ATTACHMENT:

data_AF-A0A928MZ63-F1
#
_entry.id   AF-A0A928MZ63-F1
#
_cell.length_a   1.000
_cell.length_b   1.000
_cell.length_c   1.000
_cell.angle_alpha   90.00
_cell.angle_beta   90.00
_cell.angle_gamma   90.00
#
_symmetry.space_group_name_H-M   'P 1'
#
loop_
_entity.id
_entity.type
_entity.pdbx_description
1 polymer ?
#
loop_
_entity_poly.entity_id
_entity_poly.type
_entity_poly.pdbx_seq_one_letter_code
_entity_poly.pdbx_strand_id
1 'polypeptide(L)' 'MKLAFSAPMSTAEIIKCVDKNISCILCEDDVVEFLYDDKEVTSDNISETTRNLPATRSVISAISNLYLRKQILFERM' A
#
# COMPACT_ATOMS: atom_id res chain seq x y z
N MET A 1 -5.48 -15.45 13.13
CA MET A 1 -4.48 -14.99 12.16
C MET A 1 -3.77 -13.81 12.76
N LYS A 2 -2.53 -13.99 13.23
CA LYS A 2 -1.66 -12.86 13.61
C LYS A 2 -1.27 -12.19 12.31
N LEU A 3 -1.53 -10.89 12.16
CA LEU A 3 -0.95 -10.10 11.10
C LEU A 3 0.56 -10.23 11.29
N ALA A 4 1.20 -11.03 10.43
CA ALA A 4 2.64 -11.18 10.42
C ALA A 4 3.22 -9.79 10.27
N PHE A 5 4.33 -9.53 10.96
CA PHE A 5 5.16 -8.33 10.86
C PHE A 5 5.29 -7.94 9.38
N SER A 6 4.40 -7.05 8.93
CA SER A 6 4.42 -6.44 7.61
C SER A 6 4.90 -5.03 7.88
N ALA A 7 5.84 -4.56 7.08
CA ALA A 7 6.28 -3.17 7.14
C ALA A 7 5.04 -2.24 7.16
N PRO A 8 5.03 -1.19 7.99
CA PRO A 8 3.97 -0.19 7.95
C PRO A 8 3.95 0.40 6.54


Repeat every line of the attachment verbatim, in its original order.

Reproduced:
data_AF-A0A928MZ63-F1
#
_entry.id   AF-A0A928MZ63-F1
#
_cell.length_a   1.000
_cell.length_b   1.000
_cell.length_c   1.000
_cell.angle_alpha   90.00
_cell.angle_beta   90.00
_cell.angle_gamma   90.00
#
_symmetry.space_group_name_H-M   'P 1'
#
loop_
_entity.id
_entity.type
_entity.pdbx_description
1 polymer ?
#
loop_
_entity_poly.entity_id
_entity_poly.type
_entity_poly.pdbx_seq_one_letter_code
_entity_poly.pdbx_strand_id
1 'polypeptide(L)' 'MKLAFSAPMSTAEIIKCVDKNISCILCEDDVVEFLYDDKEVTSDNISETTRNLPATRSVISAISNLYLRKQILFERM' A
#
# COMPACT_ATOMS: atom_id res chain seq x y z
N MET A 1 -5.48 -15.45 13.13
CA MET A 1 -4.48 -14.99 12.16
C MET A 1 -3.77 -13.81 12.76
N LYS A 2 -2.53 -13.99 13.23
CA LYS A 2 -1.66 -12.86 13.61
C LYS A 2 -1.27 -12.19 12.31
N LEU A 3 -1.53 -10.89 12.16
CA LEU A 3 -0.95 -10.10 11.10
C LEU A 3 0.56 -10.23 11.29
N ALA A 4 1.20 -11.03 10.43
CA ALA A 4 2.64 -11.18 10.42
C ALA A 4 3.22 -9.79 10.27
N PHE A 5 4.33 -9.53 10.96
CA PHE A 5 5.16 -8.33 10.86
C PHE A 5 5.29 -7.94 9.38
N SER A 6 4.40 -7.05 8.93
CA SER A 6 4.42 -6.44 7.61
C SER A 6 4.90 -5.03 7.88
N ALA A 7 5.84 -4.56 7.08
CA ALA A 7 6.28 -3.17 7.14
C ALA A 7 5.04 -2.24 7.16
N PRO A 8 5.03 -1.19 7.99
CA PRO A 8 3.97 -0.19 7.95
C PRO A 8 3.95 0.40 6.54